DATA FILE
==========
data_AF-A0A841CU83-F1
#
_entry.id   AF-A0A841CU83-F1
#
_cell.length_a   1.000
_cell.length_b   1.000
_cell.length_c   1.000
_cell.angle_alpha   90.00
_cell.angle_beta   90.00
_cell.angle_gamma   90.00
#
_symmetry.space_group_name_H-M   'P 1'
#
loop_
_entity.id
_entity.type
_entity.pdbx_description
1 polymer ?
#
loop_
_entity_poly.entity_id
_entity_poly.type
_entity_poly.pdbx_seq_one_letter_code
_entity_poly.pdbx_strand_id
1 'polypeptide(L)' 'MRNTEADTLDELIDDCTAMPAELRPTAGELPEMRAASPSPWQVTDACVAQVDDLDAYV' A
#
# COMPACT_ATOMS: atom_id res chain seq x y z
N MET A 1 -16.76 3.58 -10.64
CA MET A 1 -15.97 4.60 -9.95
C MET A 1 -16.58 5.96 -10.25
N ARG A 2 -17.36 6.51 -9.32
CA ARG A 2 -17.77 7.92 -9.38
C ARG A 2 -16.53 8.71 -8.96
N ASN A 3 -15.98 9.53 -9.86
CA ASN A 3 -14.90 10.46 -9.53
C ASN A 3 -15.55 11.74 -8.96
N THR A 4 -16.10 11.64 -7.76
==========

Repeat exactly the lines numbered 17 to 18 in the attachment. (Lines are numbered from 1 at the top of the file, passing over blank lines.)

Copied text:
_entity.pdbx_description
1 polymer ?